Colombia election: Petro goes to second round with Hernandez

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Colombian leftist Gustavo Petro came out on top in the first round of the Andean country’s presidential election on Sunday and will face a surprise contender – businessman Rodolfo Hernandez – in a second-round on June 19.

Petro, a former member of the M-19 guerrilla movement who has vowed profound economic and social change, had 40.3% of votes, national registry office tallies showed, with 96.2% of ballot boxes counted.

Hernandez, the septuagenarian former mayor of Bucaramanga, who has promised to fight corruption even though he is under investigation for graft, won 28.1%.

Petro, a 62-year-old former mayor of Bogota, has consistently led opinion polls on promises to redistribute pensions, offer free public universities and begin to change what he says are centuries of profound inequality. read more

He has promised to fully implement a 2016 peace deal with the FARC rebels and seek peace talks with the still-active ELN rebels, as well as halt all new oil and gas development.

 “People are showing they are tired of the same thing, that they want a change,” said sound engineer Cristian Riano, 35, who was celebrating Petro’s victory in central Bogota.

That sentiment was backed by Daniela Cuellar, senior consultant at FTI Consulting in Bogota, who said Colombians’ thirst for something different was clearly demonstrated now the two candidates promising change were heading to the run-off.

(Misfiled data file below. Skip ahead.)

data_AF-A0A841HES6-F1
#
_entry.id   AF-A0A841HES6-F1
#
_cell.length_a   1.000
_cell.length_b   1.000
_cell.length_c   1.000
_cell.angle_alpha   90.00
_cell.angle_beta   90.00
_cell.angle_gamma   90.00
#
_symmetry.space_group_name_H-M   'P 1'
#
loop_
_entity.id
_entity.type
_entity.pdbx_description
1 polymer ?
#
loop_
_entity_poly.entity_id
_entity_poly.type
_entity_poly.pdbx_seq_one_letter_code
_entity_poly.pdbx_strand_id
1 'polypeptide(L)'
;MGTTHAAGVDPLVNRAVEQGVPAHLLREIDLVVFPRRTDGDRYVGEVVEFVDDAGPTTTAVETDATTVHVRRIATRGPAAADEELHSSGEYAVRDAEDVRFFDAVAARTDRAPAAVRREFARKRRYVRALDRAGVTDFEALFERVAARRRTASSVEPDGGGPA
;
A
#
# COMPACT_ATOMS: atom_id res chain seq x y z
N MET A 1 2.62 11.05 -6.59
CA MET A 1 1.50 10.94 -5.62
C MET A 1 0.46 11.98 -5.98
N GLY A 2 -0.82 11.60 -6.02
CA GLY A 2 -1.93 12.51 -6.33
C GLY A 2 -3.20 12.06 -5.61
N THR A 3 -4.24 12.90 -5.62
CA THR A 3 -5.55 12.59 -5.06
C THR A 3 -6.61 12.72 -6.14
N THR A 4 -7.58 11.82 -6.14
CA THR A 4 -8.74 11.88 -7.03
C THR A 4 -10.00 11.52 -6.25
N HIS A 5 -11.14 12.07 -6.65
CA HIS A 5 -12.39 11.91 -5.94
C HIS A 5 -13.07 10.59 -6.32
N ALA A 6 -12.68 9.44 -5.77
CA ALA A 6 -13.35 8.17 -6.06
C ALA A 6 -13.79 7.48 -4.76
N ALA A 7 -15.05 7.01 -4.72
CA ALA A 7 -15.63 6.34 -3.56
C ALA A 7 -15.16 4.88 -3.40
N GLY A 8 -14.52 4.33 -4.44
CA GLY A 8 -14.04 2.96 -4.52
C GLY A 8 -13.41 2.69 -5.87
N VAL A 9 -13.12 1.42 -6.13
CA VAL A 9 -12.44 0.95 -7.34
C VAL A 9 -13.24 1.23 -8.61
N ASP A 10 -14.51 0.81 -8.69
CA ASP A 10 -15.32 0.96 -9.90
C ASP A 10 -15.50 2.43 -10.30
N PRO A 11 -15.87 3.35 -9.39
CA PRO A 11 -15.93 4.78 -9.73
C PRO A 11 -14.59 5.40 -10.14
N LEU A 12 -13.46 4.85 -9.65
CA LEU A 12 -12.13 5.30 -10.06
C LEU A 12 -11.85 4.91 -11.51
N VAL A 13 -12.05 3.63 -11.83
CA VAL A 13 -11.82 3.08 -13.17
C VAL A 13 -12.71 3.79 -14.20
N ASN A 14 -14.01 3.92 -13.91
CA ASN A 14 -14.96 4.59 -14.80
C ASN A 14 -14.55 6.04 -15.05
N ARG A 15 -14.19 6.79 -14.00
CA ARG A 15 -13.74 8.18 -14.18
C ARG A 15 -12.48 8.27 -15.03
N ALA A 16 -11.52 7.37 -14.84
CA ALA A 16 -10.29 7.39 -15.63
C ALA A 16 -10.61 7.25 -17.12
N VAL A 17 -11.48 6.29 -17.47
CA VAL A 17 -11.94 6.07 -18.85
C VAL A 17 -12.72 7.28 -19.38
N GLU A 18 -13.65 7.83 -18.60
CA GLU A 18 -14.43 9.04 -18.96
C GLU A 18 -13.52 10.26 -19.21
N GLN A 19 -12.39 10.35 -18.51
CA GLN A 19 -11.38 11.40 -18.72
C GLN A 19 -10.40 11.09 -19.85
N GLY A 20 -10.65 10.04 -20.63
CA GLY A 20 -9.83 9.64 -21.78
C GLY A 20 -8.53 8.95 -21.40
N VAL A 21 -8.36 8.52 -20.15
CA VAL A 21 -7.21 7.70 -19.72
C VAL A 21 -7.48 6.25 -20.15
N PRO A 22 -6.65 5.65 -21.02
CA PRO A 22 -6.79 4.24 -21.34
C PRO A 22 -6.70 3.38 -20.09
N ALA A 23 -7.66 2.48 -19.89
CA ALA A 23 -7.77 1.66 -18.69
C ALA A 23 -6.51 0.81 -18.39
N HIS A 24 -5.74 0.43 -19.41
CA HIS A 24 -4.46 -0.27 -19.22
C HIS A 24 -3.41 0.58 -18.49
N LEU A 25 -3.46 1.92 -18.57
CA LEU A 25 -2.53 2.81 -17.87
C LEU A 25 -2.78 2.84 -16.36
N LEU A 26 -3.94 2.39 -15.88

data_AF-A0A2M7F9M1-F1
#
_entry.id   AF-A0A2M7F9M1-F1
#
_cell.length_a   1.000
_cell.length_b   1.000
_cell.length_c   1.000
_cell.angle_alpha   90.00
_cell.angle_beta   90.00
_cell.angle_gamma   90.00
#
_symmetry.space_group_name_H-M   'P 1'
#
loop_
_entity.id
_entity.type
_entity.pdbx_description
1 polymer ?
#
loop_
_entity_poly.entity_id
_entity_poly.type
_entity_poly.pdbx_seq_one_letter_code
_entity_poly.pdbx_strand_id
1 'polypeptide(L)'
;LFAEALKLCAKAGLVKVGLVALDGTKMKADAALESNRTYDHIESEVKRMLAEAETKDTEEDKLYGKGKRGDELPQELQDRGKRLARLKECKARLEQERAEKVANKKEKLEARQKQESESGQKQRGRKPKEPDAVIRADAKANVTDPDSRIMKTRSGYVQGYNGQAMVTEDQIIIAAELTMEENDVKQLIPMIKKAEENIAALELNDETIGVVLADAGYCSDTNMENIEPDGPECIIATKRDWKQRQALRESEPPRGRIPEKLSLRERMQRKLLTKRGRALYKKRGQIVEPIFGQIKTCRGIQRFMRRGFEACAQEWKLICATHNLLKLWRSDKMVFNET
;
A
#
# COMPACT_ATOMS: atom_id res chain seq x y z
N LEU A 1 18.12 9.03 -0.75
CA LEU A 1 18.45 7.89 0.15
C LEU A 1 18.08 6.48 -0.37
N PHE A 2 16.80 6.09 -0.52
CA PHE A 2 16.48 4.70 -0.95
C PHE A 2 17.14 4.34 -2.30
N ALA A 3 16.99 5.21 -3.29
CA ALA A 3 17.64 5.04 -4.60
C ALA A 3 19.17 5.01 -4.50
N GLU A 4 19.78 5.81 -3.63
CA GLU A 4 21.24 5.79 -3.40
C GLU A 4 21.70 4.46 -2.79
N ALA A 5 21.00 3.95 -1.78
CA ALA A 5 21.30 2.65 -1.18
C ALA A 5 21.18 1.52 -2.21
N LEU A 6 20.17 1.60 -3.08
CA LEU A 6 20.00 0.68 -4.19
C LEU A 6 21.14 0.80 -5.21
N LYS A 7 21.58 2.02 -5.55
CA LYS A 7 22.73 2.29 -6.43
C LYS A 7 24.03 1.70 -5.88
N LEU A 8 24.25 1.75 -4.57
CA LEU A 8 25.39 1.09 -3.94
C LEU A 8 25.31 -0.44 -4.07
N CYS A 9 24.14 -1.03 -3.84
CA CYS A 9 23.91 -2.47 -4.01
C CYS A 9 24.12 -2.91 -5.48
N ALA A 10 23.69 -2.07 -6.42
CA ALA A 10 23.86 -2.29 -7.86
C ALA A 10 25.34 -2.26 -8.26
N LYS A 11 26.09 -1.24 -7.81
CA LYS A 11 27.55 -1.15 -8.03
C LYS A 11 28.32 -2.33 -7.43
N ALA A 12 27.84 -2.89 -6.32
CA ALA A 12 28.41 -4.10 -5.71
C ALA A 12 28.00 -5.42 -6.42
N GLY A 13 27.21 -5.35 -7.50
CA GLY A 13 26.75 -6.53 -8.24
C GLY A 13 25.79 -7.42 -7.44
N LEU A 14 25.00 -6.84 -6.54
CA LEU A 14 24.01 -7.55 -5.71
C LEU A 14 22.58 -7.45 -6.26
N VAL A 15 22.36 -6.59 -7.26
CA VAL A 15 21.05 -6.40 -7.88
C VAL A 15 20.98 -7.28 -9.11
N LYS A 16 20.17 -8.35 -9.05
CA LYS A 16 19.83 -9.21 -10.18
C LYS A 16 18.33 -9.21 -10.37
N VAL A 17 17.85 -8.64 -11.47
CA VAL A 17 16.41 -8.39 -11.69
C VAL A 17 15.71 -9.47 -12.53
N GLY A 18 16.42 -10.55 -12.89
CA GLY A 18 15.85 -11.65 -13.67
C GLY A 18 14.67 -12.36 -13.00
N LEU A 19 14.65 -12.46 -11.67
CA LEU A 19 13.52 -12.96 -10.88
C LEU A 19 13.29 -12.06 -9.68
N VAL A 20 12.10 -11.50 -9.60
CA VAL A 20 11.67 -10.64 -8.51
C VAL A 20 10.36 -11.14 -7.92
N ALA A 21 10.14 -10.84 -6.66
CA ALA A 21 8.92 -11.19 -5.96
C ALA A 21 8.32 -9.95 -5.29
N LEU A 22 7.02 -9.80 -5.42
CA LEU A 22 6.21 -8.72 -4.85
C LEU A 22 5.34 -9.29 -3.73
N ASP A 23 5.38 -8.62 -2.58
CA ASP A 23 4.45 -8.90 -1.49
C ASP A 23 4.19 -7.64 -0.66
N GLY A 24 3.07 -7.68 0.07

“This election is not about Petro or a move to the left. 

“This is about the Colombian population being tired of the traditional political class and are seeking a better life,” Daniela said.

Youth is a major demographic for Petro, who had about 50% support in opinion polls from the country’s youngest voters.

His campaign ramped up efforts to encourage youth turn-out in the last few days, acknowledging that young people may need an extra push to vote over a holiday weekend.

Petro has rejected oft-repeated accusations he will mimic the policies of deceased former Venezuelan President Hugo Chavez and his successor Nicolas Maduro.

He says it is his opponents – who he accuses of making the country reliant on oil income and of brutality toward anti-government protesters – who most resemble the Venezuelan leaders.


Reuters/Zainab Sa’id